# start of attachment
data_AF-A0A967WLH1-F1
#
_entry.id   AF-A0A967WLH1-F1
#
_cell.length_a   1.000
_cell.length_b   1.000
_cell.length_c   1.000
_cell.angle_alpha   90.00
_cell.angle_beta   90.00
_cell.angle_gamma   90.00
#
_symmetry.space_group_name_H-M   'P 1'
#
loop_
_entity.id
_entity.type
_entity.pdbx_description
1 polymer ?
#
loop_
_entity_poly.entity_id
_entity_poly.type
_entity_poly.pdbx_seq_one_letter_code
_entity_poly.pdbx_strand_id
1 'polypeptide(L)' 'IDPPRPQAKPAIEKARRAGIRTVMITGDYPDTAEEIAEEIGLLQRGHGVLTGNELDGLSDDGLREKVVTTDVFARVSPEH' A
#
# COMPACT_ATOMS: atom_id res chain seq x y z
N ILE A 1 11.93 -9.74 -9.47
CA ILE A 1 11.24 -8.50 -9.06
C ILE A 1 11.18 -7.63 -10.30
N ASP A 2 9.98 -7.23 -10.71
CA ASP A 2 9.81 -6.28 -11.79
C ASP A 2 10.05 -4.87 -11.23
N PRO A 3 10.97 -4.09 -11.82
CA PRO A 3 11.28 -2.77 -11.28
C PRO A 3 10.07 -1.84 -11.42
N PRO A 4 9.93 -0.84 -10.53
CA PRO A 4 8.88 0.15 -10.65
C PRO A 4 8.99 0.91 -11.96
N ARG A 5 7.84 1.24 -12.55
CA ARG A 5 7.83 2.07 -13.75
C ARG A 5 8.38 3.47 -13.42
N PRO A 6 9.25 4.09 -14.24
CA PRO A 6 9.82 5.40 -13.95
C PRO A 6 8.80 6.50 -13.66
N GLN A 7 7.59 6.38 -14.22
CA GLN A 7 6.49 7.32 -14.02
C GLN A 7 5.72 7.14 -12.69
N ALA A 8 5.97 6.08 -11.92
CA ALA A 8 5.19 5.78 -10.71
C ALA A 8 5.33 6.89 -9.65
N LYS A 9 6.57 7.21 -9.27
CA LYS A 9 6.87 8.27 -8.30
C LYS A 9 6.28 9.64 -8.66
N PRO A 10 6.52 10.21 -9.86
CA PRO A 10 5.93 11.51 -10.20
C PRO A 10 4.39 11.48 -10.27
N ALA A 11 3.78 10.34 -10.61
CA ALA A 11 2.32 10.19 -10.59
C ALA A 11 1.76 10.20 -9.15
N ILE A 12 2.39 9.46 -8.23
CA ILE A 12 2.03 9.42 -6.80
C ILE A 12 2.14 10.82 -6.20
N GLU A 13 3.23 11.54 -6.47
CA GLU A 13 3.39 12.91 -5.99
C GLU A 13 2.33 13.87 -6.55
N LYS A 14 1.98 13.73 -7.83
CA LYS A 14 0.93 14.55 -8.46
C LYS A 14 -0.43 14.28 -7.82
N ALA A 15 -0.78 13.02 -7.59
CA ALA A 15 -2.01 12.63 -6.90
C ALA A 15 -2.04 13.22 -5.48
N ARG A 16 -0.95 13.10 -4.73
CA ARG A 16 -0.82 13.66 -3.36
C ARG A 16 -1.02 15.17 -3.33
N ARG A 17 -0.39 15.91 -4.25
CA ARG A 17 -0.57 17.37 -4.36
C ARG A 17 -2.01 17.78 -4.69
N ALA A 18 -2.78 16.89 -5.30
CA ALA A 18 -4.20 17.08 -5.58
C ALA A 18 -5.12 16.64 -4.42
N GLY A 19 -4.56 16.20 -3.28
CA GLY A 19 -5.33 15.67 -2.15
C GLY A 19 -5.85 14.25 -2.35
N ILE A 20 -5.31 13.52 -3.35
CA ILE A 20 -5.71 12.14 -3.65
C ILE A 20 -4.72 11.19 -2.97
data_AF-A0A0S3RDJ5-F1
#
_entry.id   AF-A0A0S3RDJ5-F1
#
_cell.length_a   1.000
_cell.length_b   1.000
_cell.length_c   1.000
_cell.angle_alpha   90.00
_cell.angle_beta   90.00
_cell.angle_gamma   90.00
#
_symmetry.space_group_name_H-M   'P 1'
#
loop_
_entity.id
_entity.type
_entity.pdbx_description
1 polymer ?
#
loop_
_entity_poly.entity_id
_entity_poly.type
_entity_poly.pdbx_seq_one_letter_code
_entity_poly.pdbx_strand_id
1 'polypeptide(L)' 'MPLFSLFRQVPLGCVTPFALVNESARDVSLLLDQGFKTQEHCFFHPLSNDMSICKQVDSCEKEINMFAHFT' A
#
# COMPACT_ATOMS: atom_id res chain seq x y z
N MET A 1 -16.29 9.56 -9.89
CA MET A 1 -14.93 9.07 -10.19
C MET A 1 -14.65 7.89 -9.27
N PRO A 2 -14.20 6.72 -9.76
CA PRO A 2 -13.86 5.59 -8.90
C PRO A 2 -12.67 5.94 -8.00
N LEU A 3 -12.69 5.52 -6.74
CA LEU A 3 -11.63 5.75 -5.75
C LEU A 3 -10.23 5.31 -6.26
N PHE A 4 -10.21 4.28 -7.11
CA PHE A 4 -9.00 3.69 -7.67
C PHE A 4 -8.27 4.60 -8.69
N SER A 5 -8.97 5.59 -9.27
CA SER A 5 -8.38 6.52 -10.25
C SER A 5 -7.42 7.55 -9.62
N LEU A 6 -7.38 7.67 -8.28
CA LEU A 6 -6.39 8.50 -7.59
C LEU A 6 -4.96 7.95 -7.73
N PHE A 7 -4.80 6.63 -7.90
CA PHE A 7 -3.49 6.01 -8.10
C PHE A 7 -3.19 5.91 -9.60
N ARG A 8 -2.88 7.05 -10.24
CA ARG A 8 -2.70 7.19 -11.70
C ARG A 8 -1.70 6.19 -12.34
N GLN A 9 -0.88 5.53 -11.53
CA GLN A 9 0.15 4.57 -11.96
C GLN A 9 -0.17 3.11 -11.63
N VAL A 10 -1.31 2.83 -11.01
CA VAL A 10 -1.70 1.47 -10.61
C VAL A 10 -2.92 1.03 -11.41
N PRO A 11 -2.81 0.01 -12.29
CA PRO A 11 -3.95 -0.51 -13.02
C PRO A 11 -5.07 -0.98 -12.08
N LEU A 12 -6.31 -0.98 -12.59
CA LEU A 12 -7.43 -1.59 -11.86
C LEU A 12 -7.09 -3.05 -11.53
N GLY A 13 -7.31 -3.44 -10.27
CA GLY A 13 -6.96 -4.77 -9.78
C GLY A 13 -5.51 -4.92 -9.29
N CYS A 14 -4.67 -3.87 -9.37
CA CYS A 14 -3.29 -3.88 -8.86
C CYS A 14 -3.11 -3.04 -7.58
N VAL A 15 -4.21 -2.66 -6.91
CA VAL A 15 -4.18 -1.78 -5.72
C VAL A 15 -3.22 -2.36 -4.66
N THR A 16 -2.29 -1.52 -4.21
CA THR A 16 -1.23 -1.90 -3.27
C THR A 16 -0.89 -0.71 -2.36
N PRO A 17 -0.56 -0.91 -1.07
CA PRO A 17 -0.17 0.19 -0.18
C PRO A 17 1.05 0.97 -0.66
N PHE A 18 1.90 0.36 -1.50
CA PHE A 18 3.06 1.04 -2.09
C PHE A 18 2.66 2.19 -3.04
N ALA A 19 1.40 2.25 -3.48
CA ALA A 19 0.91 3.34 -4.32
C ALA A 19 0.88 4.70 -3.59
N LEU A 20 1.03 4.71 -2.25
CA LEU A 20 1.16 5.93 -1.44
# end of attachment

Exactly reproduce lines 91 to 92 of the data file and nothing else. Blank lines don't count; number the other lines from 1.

#
_cell.length_a   1.000